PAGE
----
The Ragamala paintings are the visual interpretations of the numerous musical notes, transcending beyond the ephemeral mundane. The Ragamala paintings were created by all the major schools of painting of the medieval age such as the Mughal, Pahari, Deccani and Rajasthani creating ripples during the 16th to 19th centuries A.D. A very selective range can also be seen in several personal collections.
The Muslim kingdoms of the medieval Deccani Sultanates of Ahmadnagar, Golconda and Bijapur patronized all forms of the fine arts and literature. So, they produced numerous luscious paintings in South India during their age. According to some scholars, Ragamala paintings had their origin in the Deccan during 1580-1600 A.D.
Romantic or devotional themes are mainly used in the Ragamala paintings. In these paintings, themes such as separation, anger, anxiety, devotion, etc. are beautifully highlighted. The heroines are painted as playing instrumental music to animals like the deer or to snakes, which appear mesmerized by this enchanting music. The intensive feeling of Raga Vasanta renders its mellifluous voice in the following poem where the rhetoric words articulately paint the frolicsome and zealous character of the mode. The Cock (Kukkutaka) sings the musical mode Vasanta, the Spring.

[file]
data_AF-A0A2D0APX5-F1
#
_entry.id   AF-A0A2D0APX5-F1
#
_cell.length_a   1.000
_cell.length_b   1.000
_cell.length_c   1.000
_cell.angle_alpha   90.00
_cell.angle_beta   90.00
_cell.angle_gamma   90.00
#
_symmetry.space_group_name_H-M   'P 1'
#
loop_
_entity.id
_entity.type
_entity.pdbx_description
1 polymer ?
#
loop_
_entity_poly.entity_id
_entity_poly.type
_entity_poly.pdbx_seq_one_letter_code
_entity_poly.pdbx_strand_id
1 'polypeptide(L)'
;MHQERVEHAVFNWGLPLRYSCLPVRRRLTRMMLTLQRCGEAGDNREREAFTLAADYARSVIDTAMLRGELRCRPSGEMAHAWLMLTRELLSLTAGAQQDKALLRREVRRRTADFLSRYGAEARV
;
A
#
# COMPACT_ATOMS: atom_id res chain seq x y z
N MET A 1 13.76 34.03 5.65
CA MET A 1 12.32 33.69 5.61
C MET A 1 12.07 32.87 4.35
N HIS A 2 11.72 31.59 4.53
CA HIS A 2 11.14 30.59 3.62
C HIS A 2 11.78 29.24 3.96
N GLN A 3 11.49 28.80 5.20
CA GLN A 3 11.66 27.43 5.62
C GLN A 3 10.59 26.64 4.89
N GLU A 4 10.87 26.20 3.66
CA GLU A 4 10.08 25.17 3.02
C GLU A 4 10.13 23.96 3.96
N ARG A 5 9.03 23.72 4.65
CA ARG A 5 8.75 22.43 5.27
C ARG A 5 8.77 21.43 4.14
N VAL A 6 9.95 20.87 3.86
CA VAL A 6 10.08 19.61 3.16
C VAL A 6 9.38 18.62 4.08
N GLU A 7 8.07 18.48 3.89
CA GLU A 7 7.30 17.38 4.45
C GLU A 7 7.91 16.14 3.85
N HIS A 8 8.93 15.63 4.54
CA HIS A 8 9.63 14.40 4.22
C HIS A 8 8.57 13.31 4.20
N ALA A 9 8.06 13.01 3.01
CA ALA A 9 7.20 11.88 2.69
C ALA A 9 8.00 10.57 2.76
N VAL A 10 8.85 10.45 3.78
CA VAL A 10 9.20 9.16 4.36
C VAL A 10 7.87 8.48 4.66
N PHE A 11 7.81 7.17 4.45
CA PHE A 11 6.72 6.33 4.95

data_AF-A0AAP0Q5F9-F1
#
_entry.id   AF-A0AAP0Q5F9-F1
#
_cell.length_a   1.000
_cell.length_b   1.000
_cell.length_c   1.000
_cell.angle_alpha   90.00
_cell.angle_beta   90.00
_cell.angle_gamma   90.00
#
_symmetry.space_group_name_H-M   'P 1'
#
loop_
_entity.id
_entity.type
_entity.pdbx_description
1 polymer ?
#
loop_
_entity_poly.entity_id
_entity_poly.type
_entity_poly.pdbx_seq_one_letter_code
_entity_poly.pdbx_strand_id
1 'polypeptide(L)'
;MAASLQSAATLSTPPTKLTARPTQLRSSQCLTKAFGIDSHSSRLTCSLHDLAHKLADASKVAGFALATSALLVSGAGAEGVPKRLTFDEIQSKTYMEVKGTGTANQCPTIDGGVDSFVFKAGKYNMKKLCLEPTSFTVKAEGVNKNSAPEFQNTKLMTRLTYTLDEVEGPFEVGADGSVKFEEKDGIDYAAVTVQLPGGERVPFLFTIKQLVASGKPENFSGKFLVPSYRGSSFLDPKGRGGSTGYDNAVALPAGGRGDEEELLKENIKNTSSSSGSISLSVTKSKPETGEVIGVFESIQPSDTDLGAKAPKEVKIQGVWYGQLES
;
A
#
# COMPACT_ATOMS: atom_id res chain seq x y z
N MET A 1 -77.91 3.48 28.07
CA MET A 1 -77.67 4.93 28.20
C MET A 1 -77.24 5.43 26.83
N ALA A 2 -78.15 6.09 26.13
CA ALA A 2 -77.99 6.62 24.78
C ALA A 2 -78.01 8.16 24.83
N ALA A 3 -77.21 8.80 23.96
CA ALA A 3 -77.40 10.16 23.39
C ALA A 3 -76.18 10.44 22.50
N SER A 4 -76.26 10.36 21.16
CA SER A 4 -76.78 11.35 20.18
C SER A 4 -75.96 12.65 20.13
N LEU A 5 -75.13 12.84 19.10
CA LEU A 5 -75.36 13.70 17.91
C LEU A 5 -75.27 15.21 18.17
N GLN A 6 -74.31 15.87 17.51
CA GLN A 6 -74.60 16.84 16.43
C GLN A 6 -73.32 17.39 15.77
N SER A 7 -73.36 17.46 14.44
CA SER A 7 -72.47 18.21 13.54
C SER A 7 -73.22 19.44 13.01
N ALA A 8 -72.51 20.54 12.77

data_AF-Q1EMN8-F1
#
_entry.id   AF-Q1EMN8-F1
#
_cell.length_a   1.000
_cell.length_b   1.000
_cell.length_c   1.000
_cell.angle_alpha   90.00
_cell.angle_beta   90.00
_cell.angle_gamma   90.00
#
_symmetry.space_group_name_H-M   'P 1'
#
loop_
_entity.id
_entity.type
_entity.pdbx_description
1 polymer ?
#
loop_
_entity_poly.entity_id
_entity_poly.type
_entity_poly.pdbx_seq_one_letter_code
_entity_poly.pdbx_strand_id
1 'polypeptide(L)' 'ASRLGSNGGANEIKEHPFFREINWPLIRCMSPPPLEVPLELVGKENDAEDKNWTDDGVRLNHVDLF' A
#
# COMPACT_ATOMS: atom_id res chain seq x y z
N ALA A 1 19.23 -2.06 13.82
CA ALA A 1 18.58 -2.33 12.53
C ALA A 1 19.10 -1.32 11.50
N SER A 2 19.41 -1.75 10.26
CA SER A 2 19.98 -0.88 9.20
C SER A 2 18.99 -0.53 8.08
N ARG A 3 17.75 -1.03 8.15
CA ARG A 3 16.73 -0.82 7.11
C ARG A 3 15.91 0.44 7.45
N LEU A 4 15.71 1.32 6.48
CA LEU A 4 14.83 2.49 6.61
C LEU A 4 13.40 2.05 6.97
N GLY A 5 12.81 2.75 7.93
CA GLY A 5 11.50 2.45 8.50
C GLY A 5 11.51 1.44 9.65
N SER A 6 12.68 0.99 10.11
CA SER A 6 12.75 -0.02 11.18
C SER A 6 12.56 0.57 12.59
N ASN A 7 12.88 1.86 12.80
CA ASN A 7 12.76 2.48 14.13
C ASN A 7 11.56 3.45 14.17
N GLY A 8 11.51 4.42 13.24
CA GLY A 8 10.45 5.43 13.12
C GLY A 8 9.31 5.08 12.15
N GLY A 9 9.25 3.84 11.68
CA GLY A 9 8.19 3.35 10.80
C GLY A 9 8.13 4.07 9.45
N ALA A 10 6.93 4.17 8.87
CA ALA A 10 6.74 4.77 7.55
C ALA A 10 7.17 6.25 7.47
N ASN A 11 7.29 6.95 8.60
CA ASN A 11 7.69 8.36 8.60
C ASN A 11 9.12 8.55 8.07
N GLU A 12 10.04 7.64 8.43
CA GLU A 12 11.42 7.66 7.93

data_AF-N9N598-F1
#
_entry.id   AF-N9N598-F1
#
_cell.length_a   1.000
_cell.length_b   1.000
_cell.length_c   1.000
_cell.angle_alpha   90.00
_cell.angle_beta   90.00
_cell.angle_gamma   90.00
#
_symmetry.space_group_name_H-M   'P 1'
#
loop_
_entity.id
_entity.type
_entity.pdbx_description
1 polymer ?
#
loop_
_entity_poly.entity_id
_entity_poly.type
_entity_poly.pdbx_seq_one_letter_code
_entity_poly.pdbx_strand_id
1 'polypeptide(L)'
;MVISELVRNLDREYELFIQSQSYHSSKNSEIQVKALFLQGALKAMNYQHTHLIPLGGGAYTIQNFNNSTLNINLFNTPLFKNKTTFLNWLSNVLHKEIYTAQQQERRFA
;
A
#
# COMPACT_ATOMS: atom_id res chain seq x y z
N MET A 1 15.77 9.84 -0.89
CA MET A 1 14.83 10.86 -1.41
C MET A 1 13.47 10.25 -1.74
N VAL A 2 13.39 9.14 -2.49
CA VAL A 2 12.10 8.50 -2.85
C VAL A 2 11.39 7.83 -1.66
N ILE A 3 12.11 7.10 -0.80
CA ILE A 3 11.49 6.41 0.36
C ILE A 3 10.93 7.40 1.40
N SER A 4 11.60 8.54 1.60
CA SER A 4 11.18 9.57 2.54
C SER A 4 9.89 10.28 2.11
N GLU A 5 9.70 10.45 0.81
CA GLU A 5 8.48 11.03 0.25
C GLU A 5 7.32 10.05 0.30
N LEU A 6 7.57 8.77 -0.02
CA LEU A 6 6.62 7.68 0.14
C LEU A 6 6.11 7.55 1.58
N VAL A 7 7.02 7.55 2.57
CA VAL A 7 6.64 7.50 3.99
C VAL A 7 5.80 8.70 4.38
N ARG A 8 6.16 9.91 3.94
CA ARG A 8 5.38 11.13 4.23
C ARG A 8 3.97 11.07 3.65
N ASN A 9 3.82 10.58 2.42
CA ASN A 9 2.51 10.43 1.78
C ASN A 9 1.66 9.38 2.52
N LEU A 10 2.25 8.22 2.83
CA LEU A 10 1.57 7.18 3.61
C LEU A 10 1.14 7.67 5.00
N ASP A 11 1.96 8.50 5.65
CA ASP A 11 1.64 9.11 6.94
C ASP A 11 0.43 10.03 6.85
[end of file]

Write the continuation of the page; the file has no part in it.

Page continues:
Saras basant sashi sushdayi riti vasnt pels aya ban aayi !!
Purush besh dhari kaa miyii gaavahi
Sashi sang sav saj banvahi!!
Varsha anup fuli amrayi gunjahi
Bhavar baas gahraayi!!
Mand sugadh payi sushkaari
Piya samip sush bilasahi naari!!